No Better Place to Be ...
On the 3rd Friday of each month (from March till December) Covingtonians gather at the historic Columbia Street Landing for the Sunset at the Landing Concerts presented by Heritage Bank. Each month Jan Biggs of the Covington Farmer’s Market arranges for wonderful, talented and eclectic artists from across the region to perform. Family and friends bring their chairs and their “refreshments” and enjoy the night sky, the chit-chat of old friends and the scenic beauty of the Bogue Falaya River. Others arrive by boat, quietly docking at the same spot trade vessels loaded and unloaded throughout the 19th century when Covington was primarily a port city.

Recently a gentleman called me over to his seat in the meadow: “Mayor, I just wanted to tell you … there is no better place to be in all of the world than right here, right now.” In some ways he was talking about that very moment on the river, but in other ways he was referring to the Big Picture.

Perhaps, from time to time, each of us should take a step back, assess the Big Picture and realize how fortunate we are to live in the year 2020 on the north shore of Lake Ponchartrain.

Perhaps, just maybe, there is no better place to be in all of the world than right here, right now.
Covington's Solution to a Worldwide Problem
The need for quality, affordable housing
When I was 14 years old, my father would send me to Killian's at the corner of 27th and Jackson St. --- a small, wooden structure in Covington's historical Black community (the West 30's). Big John Callahan recalls the huge cookies one could get for a nickel. My dad really liked the "pepper sausage" and the hogs-head cheese they sliced in the rear of the shotgun house store. During those trips, I could not help but notice the poor condition of some of the houses in the neighborhood and think to myself, "this just isn't right." Today, almost 50 years later, people still live in some of those same houses. This just isn't right.

It is a complicated problem. Going in too heavy handed with code enforcement and City regulatory action has the unintended consequence of doubling rent or shuttering the home - -both which lead to homelessness.
For the past 15 years, I have given walking tours of the West 30's sharing its rich and wonderful history. However, those on my tour cannot help but notice the housing conditions. One such tour led to Leadership St. Tammany class member Bryan Burns spearheading a 501-C3 non-profit, faith based company called West 30's Redemption Company. I am proud to have played a part in the start-up, to have contributed financially and to currently serve on its Advisory Board.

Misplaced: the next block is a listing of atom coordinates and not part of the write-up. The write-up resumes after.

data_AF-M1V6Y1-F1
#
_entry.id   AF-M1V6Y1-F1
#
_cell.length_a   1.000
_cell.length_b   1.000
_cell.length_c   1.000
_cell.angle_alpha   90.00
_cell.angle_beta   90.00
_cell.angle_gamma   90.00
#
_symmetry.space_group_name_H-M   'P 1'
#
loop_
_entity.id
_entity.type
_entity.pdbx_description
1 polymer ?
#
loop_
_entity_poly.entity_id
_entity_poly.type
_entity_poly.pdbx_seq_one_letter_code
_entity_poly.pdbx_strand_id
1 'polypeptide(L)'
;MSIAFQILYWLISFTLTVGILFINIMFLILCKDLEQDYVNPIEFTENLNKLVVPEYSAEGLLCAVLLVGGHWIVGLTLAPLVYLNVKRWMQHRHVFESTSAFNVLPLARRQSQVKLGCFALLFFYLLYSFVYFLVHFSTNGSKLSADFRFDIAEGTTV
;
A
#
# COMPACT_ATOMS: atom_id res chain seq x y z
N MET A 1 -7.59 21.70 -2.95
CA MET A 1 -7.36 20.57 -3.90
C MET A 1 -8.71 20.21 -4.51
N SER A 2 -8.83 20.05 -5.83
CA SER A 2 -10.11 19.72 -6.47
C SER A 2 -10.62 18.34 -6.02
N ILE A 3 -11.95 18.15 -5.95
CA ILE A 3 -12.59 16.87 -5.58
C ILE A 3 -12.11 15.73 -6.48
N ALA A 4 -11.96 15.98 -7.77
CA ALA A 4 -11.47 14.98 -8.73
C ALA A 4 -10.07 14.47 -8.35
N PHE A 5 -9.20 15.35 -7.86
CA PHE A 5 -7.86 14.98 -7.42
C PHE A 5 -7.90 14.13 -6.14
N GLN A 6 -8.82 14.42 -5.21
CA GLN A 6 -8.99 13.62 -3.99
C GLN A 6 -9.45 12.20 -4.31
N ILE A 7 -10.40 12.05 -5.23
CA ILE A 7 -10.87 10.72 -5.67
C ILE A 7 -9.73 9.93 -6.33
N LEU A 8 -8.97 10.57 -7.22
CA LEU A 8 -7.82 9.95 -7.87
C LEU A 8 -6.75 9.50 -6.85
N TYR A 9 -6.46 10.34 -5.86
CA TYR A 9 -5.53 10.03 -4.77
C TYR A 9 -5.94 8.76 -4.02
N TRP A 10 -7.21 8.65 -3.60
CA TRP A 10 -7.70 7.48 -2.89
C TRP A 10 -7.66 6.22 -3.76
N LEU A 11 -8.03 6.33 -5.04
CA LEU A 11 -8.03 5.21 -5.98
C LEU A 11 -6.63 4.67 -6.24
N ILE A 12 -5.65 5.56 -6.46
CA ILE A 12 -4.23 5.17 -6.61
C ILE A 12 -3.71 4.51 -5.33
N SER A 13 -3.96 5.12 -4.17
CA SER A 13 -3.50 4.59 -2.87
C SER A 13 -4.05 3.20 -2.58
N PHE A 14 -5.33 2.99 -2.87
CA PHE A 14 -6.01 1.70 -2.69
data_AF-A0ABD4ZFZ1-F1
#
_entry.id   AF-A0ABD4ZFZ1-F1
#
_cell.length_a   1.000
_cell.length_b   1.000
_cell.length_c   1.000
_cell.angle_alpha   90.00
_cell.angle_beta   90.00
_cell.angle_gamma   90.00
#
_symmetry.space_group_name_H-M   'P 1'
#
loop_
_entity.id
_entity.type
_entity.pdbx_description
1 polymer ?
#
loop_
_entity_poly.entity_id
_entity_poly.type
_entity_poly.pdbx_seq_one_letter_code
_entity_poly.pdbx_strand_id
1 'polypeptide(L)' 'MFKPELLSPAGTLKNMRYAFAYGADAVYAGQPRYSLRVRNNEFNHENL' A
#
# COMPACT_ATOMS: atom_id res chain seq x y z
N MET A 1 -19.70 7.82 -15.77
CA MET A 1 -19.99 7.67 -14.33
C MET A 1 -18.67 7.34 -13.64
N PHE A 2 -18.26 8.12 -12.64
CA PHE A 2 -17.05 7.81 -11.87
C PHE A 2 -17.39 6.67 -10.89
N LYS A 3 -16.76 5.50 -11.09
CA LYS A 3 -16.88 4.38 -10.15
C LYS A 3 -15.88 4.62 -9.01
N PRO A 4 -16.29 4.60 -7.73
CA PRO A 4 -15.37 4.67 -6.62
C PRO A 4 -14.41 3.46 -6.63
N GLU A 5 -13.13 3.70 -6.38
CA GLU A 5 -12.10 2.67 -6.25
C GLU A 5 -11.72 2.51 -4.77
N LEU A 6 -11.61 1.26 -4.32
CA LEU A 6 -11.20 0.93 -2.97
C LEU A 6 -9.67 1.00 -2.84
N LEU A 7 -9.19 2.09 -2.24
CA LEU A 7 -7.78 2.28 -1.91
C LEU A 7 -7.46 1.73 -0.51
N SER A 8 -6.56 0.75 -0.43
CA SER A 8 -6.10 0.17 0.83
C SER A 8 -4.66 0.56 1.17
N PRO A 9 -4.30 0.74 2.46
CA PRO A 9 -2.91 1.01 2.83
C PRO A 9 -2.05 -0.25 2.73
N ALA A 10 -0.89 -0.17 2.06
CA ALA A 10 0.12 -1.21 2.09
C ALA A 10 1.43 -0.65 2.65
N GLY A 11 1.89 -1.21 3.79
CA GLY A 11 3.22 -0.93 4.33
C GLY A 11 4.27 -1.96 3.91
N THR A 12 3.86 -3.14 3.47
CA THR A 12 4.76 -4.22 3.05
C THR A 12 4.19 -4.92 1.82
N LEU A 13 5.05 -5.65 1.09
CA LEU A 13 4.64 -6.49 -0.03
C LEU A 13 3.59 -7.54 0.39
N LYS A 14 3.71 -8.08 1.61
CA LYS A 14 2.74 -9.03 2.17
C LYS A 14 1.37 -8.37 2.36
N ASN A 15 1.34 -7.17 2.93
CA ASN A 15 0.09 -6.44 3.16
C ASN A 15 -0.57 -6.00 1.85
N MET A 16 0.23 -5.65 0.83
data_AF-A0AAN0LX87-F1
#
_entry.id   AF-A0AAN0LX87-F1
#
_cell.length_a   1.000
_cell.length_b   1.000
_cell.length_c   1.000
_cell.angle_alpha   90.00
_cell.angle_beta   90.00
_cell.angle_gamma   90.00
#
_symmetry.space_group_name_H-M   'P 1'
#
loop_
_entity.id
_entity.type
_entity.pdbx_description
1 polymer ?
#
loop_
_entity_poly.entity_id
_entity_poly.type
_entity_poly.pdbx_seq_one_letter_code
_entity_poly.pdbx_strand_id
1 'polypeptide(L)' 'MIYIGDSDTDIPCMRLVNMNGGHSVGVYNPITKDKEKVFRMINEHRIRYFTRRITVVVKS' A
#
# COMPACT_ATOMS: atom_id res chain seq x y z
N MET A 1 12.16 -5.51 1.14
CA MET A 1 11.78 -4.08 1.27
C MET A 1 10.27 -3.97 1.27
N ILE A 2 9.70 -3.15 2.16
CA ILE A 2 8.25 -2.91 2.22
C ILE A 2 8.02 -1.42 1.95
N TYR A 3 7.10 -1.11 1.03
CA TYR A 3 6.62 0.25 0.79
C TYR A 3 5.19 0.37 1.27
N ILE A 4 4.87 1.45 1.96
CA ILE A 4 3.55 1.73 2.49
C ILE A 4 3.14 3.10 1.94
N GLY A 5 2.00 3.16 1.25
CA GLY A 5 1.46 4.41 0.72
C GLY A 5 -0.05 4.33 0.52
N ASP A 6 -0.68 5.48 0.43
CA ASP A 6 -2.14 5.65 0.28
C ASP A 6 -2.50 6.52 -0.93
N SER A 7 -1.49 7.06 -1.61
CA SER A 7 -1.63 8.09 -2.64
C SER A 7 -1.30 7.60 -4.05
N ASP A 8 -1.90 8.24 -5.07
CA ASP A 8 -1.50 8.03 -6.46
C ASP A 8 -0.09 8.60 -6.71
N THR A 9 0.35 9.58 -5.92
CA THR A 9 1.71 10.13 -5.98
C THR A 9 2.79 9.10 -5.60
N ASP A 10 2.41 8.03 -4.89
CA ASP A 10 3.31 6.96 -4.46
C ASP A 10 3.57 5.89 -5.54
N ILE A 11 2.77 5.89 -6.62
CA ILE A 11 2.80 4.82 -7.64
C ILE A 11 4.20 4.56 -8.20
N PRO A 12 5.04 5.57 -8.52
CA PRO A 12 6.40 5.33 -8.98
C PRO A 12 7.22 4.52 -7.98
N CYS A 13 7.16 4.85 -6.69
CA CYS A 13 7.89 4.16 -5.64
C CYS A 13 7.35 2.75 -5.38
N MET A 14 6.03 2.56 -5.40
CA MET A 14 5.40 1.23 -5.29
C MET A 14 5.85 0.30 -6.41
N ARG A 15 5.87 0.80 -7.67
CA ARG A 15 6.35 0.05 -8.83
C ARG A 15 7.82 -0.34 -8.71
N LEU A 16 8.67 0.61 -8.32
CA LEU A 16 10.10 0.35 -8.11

Bryan's financial plan was brilliant. Rather than donate money, those that were so inclined loan sums to the cause ... usually for 1 to 3 years at whatever interest rate they select. With capital now in hand, vacant homes were purchased, renovated and sold at no profit. We are now constructing new homes.
Since 2017 we have completed 15 sales with 2 pending. Of those 17, 7 are buyers who were renting in the West 30’s. The homes range in cost from $89,000 to $139,000 -- the most affordable homes in St. Tammany Parish.
Some say “folks in the West 30’s can’t afford a $130,000 house”. Not so fast Buck-a-Roo: Someone who pays $1,000 down and finances $129,000 has a monthly payment of about $640 (that includes property taxes and insurance) ... comparable to rents in the neighborhood and considerably lower than in surrounding Covington. Instead of a structure that should be demolished, they have a brand new 3 bedroom, 2 bath home plus building equity for their descendants. We pay all of the closing costs.  
Sabrina's Story
Her Old Home
Her New Home (being blessed)
Sabrina's story is a wonderful story. She worked at the same fast food restaurant for the past 18 years. Wishing to be home for her children each morning and each afternoon, she passed on the opportunity to work as a manager. Sabrina and her children lived in the house pictured above on the left. She was paying $500 per month. The home is not salvageable.

West 30's Redemption Company built a new home for Sabrina ... right next door to her old home. With the help of some financial support from the Federal Home Loan Bank, the LA Housing Corporation and a few kind souls, the note for her new, larger home is $50 less per month than her rent was. 

The old home will be demolished and replaced with a new, affordable home.
Lack of clean, quality affordable housing is a worldwide problem. On a local level we, the community of Covington, are working to fix our little piece.
At the concert on the river the man said to me, "There is no better place to be in the world than right here, right now." I think he just might be right.
Ways to Help:

Your Church or organization can partner with West 30's Redemption Company on one of its "builds." First Baptist of Covington, Bethel Reform Methodist, First UMC of Covington, Christ Episcopal, Covenant Church, Christ Temple Church of Christ, Congregation Beth Hallel and St. Timothy's of Mandeville have each joined in as a faith partner on a home.

You can loan a sum or donate for a specific buyer / project.

City fees account for 5% of cost. You can encourage the City to lessen fees for non-profit builds in this designated area.

For more information on how you might help, email Bryan Burns
or call him at 504-782-0100.
Replies to this email go directly to Mayor Mark.

Rooted in History, Focused on the Future(literally)

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